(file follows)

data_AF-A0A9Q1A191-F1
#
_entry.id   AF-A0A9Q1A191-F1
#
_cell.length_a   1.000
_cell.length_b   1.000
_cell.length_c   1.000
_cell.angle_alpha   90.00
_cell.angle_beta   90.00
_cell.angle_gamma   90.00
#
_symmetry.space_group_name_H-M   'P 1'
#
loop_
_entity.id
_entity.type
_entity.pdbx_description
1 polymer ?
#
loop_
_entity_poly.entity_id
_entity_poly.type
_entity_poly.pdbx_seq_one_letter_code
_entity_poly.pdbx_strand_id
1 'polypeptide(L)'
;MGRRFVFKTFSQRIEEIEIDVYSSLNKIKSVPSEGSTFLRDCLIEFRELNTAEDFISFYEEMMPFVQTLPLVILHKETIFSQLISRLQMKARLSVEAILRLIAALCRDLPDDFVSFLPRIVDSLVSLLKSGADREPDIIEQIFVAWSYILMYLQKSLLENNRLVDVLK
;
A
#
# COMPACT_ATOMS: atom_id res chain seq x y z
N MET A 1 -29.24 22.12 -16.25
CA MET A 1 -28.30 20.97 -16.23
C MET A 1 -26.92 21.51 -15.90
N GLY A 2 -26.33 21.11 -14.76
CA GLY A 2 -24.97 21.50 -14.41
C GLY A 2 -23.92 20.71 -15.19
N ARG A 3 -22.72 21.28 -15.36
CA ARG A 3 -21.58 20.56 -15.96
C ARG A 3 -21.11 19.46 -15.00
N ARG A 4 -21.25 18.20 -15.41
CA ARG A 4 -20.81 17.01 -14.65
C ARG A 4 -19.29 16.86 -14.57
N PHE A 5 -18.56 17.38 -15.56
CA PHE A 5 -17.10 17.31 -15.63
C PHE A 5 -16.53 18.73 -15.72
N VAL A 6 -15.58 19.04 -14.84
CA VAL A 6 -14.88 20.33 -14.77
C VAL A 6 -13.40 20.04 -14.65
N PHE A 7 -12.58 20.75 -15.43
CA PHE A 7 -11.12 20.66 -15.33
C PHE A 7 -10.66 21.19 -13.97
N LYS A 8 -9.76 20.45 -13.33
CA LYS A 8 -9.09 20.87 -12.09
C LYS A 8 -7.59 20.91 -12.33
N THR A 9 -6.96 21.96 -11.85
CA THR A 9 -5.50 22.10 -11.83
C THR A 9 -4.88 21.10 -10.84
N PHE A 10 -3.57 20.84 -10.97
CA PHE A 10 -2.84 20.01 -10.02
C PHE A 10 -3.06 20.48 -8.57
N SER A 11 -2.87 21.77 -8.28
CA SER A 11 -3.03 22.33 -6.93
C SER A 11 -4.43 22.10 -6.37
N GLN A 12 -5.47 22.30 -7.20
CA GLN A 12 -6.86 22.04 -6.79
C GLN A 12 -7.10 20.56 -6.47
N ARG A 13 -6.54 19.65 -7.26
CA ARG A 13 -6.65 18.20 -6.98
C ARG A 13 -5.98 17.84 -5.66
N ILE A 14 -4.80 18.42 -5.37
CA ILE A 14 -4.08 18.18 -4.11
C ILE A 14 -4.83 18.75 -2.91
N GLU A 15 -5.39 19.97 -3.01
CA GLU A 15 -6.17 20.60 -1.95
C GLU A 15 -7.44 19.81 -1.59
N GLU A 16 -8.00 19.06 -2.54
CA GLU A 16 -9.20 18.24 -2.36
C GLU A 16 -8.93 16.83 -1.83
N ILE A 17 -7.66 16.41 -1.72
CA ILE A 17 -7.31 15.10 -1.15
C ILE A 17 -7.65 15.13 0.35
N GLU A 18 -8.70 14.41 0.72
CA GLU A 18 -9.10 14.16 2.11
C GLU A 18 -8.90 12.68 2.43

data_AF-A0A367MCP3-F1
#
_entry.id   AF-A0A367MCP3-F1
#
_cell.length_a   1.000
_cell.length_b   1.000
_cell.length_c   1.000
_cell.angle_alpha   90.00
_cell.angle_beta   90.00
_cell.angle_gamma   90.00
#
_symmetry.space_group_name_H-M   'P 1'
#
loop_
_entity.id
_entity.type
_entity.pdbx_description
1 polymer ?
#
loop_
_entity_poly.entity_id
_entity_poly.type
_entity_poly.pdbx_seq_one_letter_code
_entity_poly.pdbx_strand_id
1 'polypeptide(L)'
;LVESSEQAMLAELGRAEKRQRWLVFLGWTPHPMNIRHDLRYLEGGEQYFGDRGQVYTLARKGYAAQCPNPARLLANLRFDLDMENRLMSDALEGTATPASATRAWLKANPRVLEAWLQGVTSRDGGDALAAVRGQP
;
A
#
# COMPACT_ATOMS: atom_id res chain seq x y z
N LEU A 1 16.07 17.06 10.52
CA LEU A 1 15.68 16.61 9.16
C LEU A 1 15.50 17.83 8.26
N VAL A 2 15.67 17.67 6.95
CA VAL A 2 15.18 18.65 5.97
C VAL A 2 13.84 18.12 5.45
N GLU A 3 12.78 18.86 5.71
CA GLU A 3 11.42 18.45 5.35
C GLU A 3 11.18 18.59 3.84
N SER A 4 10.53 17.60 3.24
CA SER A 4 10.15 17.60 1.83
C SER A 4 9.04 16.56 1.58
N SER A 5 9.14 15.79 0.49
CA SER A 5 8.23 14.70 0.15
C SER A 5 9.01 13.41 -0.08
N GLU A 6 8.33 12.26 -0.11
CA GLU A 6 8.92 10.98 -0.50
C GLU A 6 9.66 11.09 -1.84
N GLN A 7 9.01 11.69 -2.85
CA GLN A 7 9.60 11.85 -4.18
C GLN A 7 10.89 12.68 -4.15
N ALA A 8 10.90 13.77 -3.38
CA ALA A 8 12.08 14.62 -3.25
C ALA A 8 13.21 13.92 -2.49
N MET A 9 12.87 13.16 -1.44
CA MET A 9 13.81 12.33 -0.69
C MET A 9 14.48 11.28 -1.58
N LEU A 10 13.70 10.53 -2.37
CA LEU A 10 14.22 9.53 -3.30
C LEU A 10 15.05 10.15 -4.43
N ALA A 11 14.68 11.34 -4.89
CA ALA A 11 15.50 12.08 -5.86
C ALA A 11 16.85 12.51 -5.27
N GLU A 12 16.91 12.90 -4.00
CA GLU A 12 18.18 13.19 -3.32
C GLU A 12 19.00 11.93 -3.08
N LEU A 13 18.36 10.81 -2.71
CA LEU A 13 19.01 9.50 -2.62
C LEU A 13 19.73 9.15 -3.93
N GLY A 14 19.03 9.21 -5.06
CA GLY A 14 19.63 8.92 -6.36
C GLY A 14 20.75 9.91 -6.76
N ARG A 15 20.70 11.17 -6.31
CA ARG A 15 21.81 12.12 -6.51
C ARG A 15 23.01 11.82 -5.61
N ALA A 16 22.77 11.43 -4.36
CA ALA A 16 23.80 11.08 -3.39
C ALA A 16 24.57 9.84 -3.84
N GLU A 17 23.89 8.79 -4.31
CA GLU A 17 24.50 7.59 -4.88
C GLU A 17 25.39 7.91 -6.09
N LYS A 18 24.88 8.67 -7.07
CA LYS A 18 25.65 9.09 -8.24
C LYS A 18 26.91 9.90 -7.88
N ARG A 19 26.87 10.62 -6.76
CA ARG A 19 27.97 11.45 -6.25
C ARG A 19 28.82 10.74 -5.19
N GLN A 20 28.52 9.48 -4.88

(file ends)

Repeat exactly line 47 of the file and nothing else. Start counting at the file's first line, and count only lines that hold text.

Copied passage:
CA VAL A 6 -14.88 20.33 -14.77